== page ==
Indeed, i cannot wait till my mother in-law finds out that i am cleansing myself from the atrocities the bible, and any conception of a personal god, have caused in my mind. I'm expecting her to more or less freak out Unsure
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31-05-2013, 04:26 AM
RE: being honest to children.
(30-05-2013 10:13 AM)viocjit Wrote:  I can't help you because I haven't children. But I would like to know how you deconverted yourself.

It is a very long story, but too cut it short in point form :

1) After years of convincing myself the bible was true I decided it was time to lay the facts down and be honest with myself. Concerning cosmology and the age of the universe the first chapter in the bible can already be thrown out the window. If the first chapter is not to be trusted, why should the rest be trusted.

2) The only experiences that I have had that would cause me to accept the fact that God/Jesus exist, are circumstantial and are reproducible without God, eg. : euphoria, a good feeling, psychological delusions.

3) I find the God of the bible to by unjust and worthy of criticism. Creating beings on a planet, that are innocent and unknowing, and then allowing a rival to be cast down to that same planet and deceive your own creations, while knowing all along what would happen and then punishing them for it, just goes a little too far. That's not even mentioning the fact that that god would have known that the adversary would betray him as well.. it all seems kind of silly.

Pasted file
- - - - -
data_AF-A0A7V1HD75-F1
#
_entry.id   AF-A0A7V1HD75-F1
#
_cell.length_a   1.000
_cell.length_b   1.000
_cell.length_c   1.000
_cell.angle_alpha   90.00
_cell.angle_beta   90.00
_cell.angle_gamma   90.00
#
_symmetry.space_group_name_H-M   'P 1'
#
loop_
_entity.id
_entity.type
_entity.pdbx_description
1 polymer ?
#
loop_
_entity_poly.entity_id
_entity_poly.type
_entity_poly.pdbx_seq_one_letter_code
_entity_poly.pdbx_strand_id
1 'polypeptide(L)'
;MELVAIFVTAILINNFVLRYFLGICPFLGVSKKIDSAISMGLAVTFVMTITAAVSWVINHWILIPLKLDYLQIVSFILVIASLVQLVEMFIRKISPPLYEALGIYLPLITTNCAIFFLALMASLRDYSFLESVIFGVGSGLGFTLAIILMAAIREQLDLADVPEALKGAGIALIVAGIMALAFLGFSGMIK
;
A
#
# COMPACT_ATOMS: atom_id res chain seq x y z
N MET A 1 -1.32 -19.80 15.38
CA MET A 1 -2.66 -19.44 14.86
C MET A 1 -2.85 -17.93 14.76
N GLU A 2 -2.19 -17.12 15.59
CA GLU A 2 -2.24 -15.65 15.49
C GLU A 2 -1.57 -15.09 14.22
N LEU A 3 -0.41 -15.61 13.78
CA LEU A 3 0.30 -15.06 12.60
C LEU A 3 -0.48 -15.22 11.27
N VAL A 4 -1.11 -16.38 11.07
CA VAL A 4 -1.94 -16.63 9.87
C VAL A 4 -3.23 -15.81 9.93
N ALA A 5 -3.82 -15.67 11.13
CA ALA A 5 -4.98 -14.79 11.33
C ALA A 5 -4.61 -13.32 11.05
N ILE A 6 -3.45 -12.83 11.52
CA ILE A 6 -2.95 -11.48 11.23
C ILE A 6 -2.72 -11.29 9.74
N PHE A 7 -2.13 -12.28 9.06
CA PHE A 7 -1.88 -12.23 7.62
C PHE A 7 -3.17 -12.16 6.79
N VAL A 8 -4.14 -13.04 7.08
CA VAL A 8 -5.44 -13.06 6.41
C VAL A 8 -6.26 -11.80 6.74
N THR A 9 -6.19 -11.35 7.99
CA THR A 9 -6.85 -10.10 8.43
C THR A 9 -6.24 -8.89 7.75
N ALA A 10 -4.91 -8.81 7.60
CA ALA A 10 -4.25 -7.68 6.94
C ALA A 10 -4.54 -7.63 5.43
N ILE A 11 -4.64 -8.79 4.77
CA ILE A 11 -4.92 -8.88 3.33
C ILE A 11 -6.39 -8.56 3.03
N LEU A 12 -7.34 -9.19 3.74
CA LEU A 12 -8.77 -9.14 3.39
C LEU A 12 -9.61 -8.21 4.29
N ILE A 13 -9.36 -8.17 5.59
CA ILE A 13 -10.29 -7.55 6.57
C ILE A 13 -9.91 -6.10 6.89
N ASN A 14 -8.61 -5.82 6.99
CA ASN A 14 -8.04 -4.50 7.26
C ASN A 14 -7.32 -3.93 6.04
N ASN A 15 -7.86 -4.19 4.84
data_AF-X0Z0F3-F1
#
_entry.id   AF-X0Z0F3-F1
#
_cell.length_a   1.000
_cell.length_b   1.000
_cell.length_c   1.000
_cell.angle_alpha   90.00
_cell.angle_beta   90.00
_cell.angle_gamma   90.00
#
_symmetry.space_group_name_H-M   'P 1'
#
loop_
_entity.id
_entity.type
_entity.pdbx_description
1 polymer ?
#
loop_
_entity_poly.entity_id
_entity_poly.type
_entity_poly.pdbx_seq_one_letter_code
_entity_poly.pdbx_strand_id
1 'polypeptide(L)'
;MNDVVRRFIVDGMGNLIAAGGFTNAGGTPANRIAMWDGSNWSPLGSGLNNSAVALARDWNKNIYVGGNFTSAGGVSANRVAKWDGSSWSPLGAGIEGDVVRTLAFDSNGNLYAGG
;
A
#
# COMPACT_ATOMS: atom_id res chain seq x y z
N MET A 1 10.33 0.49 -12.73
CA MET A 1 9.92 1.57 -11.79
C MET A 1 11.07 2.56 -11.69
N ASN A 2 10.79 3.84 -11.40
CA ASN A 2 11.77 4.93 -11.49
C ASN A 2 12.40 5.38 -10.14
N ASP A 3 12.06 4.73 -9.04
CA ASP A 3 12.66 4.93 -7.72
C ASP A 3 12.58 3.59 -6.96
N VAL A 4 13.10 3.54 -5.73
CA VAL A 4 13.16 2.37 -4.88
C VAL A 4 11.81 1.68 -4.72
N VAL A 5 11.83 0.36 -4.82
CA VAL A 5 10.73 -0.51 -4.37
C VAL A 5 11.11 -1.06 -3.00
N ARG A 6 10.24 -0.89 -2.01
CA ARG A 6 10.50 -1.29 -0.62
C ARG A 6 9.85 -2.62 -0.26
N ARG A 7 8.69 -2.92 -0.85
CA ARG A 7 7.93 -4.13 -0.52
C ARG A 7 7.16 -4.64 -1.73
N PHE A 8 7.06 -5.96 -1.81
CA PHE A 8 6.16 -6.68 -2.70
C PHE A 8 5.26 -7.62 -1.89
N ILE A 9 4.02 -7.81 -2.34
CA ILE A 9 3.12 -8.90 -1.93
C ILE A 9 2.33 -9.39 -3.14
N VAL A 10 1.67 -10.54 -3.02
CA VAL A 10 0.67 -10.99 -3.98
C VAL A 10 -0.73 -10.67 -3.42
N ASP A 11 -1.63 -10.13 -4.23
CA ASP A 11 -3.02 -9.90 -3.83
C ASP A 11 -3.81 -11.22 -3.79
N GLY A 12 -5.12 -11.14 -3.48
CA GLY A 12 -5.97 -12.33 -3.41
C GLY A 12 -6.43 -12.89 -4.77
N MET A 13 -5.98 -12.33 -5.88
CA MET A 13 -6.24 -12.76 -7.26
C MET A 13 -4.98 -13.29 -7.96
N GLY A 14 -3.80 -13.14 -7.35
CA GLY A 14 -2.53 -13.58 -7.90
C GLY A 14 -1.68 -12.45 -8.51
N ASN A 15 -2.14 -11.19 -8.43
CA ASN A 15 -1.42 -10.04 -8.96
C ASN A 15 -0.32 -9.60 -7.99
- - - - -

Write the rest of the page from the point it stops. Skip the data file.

4) Frustration was the last straw. To keep having to rap the whole lot of shit in duck-tape to keep it from falling apart just makes no sense. If the bible is inconsistent and science demonstrates that many things in the bible are not to be taken as the truth, then i find no reason in devoting my life to a belief that requests me to fully devote my time and energy to it.

Religion robbed me from my passion for science and astronomy i had when i was young, i shall now pursue the latter two with no regret and the passion for discovery that i once knew.

I must say i am not fully deconverted yet, i catch myself thinking and saying things which i now disagree with. It's quite sad how religion has poisoned my mind, i can sometimes get angry at myself for ever falling for it and even more angry for exposing my kids to this ridiculous nonsense.
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31-05-2013, 04:29 AM
RE: being honest to children.
(30-05-2013 10:47 AM)Momsurroundedbyboys Wrote:  I've got nothing either. Even when I did believe by the time kids came around, it was already waning. My husband was already atheist more or less...

I would worry about the child being scared or concerned that you're going to hell or something like that -- I hope your wife remains supportive.

As a fundamentalist i took the seventh day adventist stance. No hell thus, only death. So there is not much of a chance he would think that, only that he would not see me in heaven. But that would indeed be pretty hectic on his mind if he thought i was going to a place of eternal punishment.

I hope my wife remains supportive too, at least open minded and not judgemental.
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31-05-2013, 04:44 AM
RE: being honest to children.